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Not Enough Help For Growing Refugee Population

Aired 11/7/11 on KPBS News.

The federal government's efforts to resettle the refugees has left some schools, hospitals and other local services overwhelmed.

— On a recent Friday morning, students of Iraqi descent practiced phrases they might need for a job interview in the language lab at Cuyamaca College.

One student – a thin young man, dressed in hip clothes – speaks into a computer microphone: “Why should I give you the job? I’m hard working and work full-time.”

He’s lucky to be in a class. English as a Second Language, or ESL, courses, are in high demand at Cuyamaca, which is located in San Diego's East County.

"We had enough students on the wait list to double the program," said Alicia Muñoz, Cuyamaca's ESL coordinator. In fact, over the past two years, the wait list for ESL classes has increased by nearly 14-times.

Most of the demand comes from recently arrived Iraqi refugees. More than 13,000 Iraqis have relocated to San Diego County since 2005, making it one of the largest refugee communities in the country.

ESL classes are maxed out at Cuyamaca College. The majority of the students are Iraqi refugees.
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Above: ESL classes are maxed out at Cuyamaca College. The majority of the students are Iraqi refugees.

But budget cuts – affecting community colleges across the state – have forced schools to cancel classes in many subjects, including ESL. At the same time, the demand for these classes has skyrocketed. And it's not just community colleges that are feeling the strain.

County Supervisor Dianne Jacob has gotten an earful of concerns from elementary schools, hospitals and other public institutions in her district. They all say that they don't have the funds to address refugee needs, especially on shrinking budgets.

"There have not been adequate resources available to serve this population," Jacob said.

The supervisor recently hosted a meeting of refugee resettlement officials and service providers to discuss the problem. There, local school district officials said they need an additional $3.4 million to hire teachers for English learner programs. They also want more counselors to work with refugee students traumatized by war and displacement.

Hospital representatives also showed up with concerns.

"From a health care perspective, we're spending a lot of dollars — especially the community clinics — paying for interpreters," Michele Tarbet, CEO of Sharp Grossmont Hospital, said after the meeting.

Tarbet said the government doesn't provide reimbursement for interpreters. She also said the hospital is seeing a large increase in uninsured patients, many of them refugees.

Alan Tyari, 25, works on his English language skills at Cuyamaca College. He hopes to open his own beauty salon one day.
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Above: Alan Tyari, 25, works on his English language skills at Cuyamaca College. He hopes to open his own beauty salon one day.

After the meeting, the head of the federal office of refugee resettlement admitted he was caught off guard by the size of the problem. He didn't offer any immediate solutions, but conversations between Jacob’s office and service providers are ongoing.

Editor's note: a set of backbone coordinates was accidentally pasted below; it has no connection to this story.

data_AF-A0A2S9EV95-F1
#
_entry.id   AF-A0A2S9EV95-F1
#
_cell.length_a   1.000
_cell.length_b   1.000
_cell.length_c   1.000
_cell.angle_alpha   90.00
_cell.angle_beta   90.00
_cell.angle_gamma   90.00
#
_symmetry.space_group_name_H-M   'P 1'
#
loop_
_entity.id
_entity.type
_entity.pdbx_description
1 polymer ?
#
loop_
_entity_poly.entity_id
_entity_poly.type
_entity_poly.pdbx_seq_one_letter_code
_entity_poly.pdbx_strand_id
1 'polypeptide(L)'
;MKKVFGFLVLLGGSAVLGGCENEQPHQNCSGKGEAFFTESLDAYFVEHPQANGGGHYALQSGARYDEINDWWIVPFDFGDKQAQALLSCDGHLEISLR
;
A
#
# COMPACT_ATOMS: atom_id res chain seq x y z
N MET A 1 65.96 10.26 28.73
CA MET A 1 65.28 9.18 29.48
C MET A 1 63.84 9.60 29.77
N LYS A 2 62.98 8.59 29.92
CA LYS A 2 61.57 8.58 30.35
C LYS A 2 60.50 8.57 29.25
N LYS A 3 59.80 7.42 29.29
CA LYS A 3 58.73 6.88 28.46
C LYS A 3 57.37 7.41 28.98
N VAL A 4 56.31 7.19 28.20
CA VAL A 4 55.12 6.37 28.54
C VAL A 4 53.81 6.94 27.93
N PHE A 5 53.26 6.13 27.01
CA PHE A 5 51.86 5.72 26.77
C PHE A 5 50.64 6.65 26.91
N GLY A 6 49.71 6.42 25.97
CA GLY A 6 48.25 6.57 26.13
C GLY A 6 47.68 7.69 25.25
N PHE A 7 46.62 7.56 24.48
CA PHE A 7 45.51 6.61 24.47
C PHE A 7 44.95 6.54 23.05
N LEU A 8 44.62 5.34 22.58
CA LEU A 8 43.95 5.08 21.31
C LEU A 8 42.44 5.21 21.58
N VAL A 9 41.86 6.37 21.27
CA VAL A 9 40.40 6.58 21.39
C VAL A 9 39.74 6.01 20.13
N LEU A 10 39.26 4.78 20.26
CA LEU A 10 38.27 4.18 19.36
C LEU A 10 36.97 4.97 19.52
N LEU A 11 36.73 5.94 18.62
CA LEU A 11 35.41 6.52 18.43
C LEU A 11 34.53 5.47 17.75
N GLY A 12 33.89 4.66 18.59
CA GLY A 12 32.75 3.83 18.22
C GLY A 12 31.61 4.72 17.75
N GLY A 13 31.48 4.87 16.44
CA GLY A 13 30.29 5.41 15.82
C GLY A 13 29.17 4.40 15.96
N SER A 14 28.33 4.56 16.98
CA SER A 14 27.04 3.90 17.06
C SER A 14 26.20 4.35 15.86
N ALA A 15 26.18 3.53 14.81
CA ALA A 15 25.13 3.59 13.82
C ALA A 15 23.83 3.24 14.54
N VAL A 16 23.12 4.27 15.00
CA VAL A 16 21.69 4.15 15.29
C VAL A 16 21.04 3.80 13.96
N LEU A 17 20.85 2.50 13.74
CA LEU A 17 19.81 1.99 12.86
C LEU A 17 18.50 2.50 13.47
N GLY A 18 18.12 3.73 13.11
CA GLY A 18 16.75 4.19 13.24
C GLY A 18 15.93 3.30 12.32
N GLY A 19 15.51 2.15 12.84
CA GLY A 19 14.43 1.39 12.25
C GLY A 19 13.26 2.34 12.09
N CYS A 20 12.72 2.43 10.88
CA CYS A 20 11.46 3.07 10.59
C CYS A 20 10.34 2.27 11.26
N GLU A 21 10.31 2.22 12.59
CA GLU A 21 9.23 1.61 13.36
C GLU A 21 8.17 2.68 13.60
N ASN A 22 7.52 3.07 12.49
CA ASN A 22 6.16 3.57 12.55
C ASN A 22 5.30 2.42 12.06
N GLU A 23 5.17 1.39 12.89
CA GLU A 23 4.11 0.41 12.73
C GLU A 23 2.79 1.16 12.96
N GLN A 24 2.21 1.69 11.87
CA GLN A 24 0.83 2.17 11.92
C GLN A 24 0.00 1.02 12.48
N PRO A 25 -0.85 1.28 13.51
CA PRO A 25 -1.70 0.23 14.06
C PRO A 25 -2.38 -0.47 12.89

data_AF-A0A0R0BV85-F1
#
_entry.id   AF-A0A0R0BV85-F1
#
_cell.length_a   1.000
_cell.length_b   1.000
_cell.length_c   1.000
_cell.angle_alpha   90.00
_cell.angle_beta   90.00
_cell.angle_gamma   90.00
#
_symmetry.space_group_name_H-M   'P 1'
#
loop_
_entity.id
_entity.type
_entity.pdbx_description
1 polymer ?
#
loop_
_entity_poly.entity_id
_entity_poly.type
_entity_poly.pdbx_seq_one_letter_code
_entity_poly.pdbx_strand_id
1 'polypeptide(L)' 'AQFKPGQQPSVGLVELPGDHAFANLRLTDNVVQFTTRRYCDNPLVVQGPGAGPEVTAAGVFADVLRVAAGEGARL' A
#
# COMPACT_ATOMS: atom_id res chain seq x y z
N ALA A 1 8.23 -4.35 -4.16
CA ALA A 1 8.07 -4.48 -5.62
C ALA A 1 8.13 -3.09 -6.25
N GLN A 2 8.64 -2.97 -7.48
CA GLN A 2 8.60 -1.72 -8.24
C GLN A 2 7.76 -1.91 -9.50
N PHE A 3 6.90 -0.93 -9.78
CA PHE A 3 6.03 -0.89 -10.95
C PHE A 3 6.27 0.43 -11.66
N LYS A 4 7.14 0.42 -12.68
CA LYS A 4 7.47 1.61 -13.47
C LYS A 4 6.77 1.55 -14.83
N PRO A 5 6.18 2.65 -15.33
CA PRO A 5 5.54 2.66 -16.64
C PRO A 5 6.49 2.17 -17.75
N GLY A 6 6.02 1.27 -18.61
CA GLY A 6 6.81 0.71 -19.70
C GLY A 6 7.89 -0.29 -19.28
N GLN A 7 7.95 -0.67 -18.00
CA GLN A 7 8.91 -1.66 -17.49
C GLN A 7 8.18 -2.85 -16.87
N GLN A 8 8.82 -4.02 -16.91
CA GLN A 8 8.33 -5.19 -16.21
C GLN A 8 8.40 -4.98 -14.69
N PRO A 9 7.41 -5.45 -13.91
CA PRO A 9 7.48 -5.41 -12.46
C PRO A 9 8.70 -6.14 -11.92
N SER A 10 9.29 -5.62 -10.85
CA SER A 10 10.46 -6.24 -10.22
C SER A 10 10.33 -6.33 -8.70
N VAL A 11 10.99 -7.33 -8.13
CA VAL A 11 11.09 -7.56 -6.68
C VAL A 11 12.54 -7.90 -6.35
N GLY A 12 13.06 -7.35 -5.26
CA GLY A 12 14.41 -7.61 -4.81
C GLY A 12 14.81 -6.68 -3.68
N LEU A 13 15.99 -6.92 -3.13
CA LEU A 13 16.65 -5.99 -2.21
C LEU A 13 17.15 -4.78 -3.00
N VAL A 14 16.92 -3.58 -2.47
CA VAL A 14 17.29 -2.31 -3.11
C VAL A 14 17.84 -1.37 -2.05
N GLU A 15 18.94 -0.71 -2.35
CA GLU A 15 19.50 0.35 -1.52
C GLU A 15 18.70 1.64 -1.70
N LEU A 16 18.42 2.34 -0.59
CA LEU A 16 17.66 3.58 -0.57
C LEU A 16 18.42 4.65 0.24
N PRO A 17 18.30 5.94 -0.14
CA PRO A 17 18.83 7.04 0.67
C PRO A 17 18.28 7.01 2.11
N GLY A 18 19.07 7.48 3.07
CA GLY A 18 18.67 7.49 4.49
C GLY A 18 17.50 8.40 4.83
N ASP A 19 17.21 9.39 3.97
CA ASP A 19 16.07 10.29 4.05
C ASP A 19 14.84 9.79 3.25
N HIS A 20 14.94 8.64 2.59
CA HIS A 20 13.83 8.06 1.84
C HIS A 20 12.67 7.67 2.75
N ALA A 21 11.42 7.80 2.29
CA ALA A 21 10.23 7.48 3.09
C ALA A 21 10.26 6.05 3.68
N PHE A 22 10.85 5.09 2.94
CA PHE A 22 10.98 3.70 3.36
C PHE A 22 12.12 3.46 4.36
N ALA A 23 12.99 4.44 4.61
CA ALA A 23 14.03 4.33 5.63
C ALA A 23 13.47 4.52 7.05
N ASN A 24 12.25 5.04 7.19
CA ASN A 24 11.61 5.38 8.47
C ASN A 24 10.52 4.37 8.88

Back at Cuyamaca college, Iraqi ESL students are thrilled to be taking steps toward integrating into their new home. Alan Tyari, 25, fled Iraq with his family in 2002. They lived in Lebanon for seven years before coming to the U.S.

Tyari said he wants to take professional English and eventually open a beauty salon.

"I want to do business for myself," he said.

Tyari currently gets unemployment benefits, because he recently lost his job. In fact, refugees are given some government benefits – help with health insurance, rent and food – for the first eight months in the U.S.

After that, many are on their own, in an economy with few job prospects. The lack of jobs probably contributes to the demand for ESL classes. To keep the benefits coming, refugees have to show they're taking steps towards self-sufficiency.

Comments

Avatar for user '87marine'

87marine | November 7, 2011 at 9:45 a.m. ― 2 years, 9 months ago

This points out very clearly the immigration problems we face today. More coming and getting benefits (handouts) for years. All they have to do is show they are looking for work, etc. Here's the solution: Stop allowing this unfettered immigration in the first place. We owe these peole diddly squat. It's getting rediculous and something must be done to stop it. But, our cowardly politicians won't do it unless we press them.

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Avatar for user 'diazubs01'

diazubs01 | November 7, 2011 at 10:46 a.m. ― 2 years, 9 months ago

I have an idea, how about we stop caring if they get jobs or not and send them home!! I am so disgusted by this, they come here suck us dry of our peoples benefits and then they take our jobs!! Have you been to a Ross store in the last 3 years? Not 1 single American! All Kurds and Russians, I am disgusted! We certainly would not be afforded the same if we went to their countries!

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Avatar for user 'Missionaccomplished'

Missionaccomplished | November 7, 2011 at 1:04 p.m. ― 2 years, 9 months ago

LOL Hey, Diassubs01, maybe if we stopped invading Iraq, Afghanistan, Somalia and Haiti, you wouldn't have anyting to complain about!

Maybe you should take it up with the policymakers.

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Avatar for user 'Missionaccomplished'

Missionaccomplished | November 7, 2011 at 1:05 p.m. ― 2 years, 9 months ago

No, Jarbottom, this is not about immigration. This is about refugees.

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